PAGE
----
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CKA Uber
CKA Uber
Posts: 22594
PostPosted: Mon Jun 30, 2008 8:26 am

Do schoolyards have master tacticians?


A Marxist author wrote "life is a struggle, struggle is politics, and politics is the ability to debate. The master is master because he knows 500 words more than the labourer." Unfortunately for him, most of the leaders resorted to guns and dictatorship to impose their ideas instead of working on their vocabulary.

We know how it ended up.

Some of his grandchildren seem to have learned the lesson and resort to vocabulary to make the point. It's an improvement, and it is with pleasure that I join a debate exchanging words instead of bullets.

Let's see how important it is in a political debate to use the proper words at the proper time to reach an improper conclusion.

I've read this past week that Prime Minister Stephen Harper acts like a schoolyard bully. I agree with the schoolyard analogy to describe the federal political environment in the last decade. However, I have doubts about Harper being a bully.

Adjectives mean nothing if not used in a context where you compare two entities. A bully is a strong person taking advantage of a weak one.

The question is this: Is the government and Stephen Harper too strong, or is the opposition -- the Liberals and Stephane Dion -- too weak?

Some journalists say Harper is too strong and is abusing the opposition. Most of the journalists and politicians now calling Harper a bully are the same ones who, a few years back, were calling the then leader of the opposition, Stockwell Day, too weak, and the then leader of the Liberals, Jean Chretien, a master tactician.

The former leader of the Canadian Alliance was ridiculed, puny mistakes were magnified and he was politically destroyed. The Liberal majority called an early election in 2000 only to take advantage of the inexperience of the new opposition leader, making Canadians believe Day was an inept politician.

In fact, he had been a respected minister of finance in Alberta and now has also proven to be a very diligent and competent minister of this federal government.

What did the media write at that time? What a magnificent tactician Jean Chretien is! No bullying, right?

Now we have a minority (and I stress the word "minority") Conservative government accused of incompetence on a daily basis in the House by people who cannot handle disagreements. Harper is bombarded by unsubstantiated accusations of corruption, accused of being anti-immigrant (simply because he is trying to solve, maybe in a very indecisive way, the chaos in the immigration sector created by the Liberals), and accused of being against natives, the poor and I recently heard he hates my neighbour's dog.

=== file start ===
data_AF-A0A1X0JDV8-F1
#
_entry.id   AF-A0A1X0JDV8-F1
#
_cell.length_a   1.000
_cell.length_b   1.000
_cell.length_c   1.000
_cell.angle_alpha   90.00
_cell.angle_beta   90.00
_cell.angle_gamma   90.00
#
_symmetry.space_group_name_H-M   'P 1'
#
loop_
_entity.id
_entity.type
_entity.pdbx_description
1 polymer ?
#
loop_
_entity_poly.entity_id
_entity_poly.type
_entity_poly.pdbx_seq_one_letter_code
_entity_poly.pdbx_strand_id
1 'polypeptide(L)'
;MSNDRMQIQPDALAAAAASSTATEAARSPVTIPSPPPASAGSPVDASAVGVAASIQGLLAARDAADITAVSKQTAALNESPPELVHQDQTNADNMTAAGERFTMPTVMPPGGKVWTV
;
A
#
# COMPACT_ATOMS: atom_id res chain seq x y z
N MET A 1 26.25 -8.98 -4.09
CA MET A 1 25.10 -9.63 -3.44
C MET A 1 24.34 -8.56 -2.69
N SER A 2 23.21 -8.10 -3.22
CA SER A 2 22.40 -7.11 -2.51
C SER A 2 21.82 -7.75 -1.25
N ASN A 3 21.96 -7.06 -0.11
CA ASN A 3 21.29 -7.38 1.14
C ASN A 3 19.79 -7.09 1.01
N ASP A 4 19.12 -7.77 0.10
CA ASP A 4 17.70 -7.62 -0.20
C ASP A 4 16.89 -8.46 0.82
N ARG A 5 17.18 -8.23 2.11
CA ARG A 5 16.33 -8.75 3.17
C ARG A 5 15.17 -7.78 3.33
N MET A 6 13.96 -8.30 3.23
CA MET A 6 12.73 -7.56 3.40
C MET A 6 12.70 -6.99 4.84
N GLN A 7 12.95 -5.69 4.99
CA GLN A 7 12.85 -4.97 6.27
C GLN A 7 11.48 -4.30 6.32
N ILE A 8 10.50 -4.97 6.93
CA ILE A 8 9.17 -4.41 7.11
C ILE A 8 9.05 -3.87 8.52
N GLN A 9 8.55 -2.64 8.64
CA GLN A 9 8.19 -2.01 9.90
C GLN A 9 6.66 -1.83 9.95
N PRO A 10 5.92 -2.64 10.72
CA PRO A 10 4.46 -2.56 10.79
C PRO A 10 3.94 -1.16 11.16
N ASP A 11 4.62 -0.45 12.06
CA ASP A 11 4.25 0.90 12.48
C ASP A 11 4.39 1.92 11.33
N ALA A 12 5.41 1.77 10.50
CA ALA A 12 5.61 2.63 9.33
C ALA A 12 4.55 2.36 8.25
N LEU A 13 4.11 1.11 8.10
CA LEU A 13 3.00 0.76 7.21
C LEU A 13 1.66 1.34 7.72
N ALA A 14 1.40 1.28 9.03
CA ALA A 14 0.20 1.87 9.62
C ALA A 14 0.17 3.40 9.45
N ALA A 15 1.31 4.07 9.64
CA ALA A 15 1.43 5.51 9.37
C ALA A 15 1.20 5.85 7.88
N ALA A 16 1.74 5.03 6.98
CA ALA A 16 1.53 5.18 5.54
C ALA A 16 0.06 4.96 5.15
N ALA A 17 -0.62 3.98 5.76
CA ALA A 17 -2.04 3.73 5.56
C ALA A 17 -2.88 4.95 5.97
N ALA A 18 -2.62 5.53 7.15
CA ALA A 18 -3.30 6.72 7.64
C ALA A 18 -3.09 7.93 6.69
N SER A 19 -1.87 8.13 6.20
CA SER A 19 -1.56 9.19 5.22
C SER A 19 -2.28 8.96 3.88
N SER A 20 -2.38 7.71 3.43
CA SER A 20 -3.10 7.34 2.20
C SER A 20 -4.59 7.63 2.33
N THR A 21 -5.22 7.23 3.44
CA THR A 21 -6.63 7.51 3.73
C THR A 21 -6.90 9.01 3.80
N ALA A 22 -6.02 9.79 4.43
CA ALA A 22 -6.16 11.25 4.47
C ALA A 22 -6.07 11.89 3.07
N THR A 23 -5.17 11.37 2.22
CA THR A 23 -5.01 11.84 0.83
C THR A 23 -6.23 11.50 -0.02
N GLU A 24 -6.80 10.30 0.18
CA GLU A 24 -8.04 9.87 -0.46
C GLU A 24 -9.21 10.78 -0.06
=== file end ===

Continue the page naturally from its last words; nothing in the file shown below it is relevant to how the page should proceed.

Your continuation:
We also have the opposition parties abusing their majority in the committees to find incriminating information against Harper, looking as far back as events that took place when the prime minister was in kindergarten.

So, if I understand all this correctly, they want the government to co-operate with them to destroy the government. And, for not co-operating with the opposition, Harper is a bully?

If opposition parties, and I mean the Liberals, want to defeat the government they have only to be in the House and vote against them.

That's how democracy, one of the 500 words I referred to earlier, works.

The fact is they don't dare go to the polls because they know they will not win.

The Liberals won't defeat the government for the same reason they forced Canadians to go to the polls three times in less than seven years (1997, 2000 and 2004): It's all about winning, not about issues or defending the interests of Canadians.

So, they want the government to hang on a bit more and stand still to allow the Liberals to collect more mud to throw at the government and the prime minister in particular. And Harper is a bully because he doesn't co-operate with them.

So Chretien was a master tactician when he was using his huge majority to destroy the "weak" Day, but Harper is a "bully" because he doesn't co-operate with the "weak" Liberals in destroying himself.

Which of the 500 words needed to win a political debate am I missing?

Don't know how that showed up in the Toronto sun but happy it did. ... 6-sun.html

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